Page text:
Last week, the NY Times published a great article about the leaders in the almost 2-year-in contest to create a computer algorithm that improves upon the ability of Netflix’ Cinematch engine to make accurate recommendations of what you’ll like by 10%. Competition is hot because the prize is a whopping $1million, but the progress of all of the teams seem to be stalled based on an inability to predict how you’ll like a small handful of polarizing indie movies – most notably Napoleon Dynamite.
So, what makes indies so hard to predict? Influence! While recommendation engines are built on the assumption that your taste stays the same, our “tastes” are constantly morphing based on the opinions and information we hear from those around us.
“…the reality is that our cultural tastes evolve, and they change in part because we interact with others. You hear your friends gushing about “Mad Men,” so eventually — even though you have never had any particular interest in early-’60s America — you give it a try. Or you go into the video store and run into a particularly charismatic clerk who persuades you that you really, really have to give “The Life Aquatic With Steve Zissou” a chance.”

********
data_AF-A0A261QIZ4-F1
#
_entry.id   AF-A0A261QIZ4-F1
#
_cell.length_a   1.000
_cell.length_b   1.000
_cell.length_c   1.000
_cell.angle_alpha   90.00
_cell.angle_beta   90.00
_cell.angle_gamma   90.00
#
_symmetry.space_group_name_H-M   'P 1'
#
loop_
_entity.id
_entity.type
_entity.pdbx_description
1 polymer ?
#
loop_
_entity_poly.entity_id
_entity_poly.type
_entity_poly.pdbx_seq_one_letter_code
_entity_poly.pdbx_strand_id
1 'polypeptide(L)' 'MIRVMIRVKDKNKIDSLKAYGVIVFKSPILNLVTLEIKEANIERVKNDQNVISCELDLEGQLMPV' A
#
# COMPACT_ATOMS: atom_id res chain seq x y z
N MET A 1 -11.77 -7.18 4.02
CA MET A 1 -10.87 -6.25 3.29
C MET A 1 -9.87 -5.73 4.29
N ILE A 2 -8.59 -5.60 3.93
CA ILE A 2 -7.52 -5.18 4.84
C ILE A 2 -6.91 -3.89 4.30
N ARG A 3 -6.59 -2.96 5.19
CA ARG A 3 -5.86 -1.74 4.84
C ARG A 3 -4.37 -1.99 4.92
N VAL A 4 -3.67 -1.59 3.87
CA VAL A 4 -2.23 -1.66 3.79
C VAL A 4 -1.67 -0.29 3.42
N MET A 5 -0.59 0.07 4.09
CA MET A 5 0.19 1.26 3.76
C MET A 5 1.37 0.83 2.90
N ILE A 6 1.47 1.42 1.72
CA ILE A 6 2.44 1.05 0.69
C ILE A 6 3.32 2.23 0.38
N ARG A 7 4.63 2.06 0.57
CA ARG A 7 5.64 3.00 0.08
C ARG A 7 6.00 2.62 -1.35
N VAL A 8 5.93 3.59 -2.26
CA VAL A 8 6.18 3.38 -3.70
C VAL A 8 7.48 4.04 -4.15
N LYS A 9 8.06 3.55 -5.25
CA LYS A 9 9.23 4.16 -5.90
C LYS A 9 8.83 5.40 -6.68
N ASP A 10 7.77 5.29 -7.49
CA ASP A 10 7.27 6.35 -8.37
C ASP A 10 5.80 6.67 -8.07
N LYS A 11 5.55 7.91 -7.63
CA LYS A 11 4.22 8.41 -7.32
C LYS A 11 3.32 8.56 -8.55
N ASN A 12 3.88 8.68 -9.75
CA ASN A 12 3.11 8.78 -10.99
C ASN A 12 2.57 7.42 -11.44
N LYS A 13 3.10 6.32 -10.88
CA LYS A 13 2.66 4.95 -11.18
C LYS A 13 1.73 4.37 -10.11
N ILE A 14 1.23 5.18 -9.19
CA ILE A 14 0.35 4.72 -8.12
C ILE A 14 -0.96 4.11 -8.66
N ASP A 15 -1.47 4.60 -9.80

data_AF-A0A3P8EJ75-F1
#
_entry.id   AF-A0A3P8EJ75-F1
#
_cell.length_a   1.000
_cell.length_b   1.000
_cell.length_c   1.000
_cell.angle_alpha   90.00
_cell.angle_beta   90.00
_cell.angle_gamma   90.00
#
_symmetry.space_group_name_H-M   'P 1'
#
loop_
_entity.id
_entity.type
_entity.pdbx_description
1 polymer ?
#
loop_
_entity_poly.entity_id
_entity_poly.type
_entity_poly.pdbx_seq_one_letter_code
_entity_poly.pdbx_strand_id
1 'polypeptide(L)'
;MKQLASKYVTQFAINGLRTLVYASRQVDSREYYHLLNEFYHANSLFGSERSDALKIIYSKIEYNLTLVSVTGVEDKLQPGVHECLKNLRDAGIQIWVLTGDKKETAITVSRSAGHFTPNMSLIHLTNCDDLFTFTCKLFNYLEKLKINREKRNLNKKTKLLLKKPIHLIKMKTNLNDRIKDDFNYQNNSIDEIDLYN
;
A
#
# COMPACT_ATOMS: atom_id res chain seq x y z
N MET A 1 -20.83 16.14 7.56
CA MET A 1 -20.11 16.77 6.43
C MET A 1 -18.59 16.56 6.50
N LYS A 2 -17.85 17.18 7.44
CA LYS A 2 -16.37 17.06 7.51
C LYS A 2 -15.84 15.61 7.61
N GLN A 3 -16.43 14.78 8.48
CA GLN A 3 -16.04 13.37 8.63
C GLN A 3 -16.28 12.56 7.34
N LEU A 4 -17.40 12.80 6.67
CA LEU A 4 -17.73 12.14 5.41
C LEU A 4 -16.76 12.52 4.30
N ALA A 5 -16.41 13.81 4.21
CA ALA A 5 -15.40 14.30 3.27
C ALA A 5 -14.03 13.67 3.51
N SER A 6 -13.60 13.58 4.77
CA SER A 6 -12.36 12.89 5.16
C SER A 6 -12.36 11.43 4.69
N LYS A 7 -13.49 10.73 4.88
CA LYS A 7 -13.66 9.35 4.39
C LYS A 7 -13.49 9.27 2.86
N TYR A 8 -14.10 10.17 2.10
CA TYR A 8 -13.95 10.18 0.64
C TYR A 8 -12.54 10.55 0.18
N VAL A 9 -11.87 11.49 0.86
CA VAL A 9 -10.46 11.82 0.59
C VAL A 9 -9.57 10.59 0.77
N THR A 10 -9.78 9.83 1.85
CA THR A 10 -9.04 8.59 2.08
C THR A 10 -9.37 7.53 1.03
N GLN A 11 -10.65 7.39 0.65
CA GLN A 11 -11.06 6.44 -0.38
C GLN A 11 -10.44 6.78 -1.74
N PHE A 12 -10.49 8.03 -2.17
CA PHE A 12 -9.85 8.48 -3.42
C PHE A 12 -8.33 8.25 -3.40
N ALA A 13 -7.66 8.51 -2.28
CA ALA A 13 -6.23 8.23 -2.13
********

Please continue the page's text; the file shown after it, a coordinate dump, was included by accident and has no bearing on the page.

Not only do your friends’ recommendations encourage trial or purchase, they also change the way you judge or take in the information. If I already know that someone I respect really loves a film (restaurant, book, whatever), I am walking in with a very positive inclination to also enjoy the experience. M.I.T professor Pattie Maes, who pioneered one of the first recommendation engines in the early ’90s, believes that these sources of influence are the flaw in the Netflix contest (based solely on movie rating information). She believes “culture isn’t experienced in solitude. We also consume shows and movies and music as a way of participating in society. That social need can override the question of whether or not we’ll like the movie.”
Our desire for conversational capital and the social connection it can create is indeed capable of overriding, or at least prejudicing, our individual tastes. Maybe instead of longing for the demogrphic information of the recommenders in the Netflix contest, the golden ticket would indeed be a social graph showing the way various recommenders are connected and the order they have seen the various films.